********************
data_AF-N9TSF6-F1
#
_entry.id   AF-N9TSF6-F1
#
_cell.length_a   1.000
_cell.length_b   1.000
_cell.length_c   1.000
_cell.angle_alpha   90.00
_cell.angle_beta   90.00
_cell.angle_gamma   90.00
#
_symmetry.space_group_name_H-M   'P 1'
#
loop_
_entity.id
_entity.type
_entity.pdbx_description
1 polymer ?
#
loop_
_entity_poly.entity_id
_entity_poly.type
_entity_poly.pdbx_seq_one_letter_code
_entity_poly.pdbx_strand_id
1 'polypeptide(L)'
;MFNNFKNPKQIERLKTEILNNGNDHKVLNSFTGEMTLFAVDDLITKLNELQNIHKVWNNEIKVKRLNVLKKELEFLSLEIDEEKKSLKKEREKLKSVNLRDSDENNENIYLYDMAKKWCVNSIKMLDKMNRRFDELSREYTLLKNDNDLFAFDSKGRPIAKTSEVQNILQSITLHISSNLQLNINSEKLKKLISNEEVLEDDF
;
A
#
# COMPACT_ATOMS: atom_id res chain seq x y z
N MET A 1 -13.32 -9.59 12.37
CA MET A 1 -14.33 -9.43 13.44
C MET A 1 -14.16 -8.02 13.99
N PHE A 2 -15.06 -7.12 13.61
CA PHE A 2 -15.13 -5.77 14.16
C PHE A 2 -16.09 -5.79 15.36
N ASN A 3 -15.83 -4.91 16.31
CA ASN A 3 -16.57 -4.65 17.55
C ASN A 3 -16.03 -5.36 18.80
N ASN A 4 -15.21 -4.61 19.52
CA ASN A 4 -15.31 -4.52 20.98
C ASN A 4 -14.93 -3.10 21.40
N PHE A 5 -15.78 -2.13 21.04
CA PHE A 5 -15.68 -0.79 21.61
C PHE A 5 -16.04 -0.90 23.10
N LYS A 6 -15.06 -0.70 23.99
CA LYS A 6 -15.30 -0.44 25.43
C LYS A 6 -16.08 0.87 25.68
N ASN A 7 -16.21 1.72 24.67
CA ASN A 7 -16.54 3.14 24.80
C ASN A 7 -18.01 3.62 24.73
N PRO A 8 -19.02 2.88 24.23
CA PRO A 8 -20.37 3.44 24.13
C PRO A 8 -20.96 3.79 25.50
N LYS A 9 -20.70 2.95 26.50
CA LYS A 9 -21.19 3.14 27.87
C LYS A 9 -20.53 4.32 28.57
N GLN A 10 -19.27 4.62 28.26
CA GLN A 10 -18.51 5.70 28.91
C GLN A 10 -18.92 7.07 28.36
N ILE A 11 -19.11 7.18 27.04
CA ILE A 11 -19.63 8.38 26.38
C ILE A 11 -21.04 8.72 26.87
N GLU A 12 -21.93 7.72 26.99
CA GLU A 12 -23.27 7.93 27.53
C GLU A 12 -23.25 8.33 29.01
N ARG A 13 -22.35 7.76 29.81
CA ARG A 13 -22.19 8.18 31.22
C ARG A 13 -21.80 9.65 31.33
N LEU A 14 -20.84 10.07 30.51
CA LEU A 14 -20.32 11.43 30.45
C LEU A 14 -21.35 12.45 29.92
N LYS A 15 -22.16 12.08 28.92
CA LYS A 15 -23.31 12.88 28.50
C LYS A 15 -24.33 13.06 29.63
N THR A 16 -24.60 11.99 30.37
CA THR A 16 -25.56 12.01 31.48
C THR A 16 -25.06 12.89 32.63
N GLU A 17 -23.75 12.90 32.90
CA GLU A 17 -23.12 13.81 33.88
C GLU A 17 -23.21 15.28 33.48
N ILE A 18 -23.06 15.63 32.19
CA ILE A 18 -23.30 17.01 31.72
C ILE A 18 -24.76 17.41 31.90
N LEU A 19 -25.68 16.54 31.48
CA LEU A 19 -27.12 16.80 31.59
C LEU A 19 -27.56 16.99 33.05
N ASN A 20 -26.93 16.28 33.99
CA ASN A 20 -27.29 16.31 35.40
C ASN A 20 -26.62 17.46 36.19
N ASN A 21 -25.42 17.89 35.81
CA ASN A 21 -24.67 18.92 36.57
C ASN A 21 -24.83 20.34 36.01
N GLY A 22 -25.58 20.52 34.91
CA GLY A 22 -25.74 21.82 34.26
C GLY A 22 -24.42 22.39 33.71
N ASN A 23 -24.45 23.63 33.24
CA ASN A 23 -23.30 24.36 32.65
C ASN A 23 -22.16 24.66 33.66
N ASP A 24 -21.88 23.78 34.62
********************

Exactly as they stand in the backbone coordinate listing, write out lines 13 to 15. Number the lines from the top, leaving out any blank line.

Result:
#
loop_
_entity.id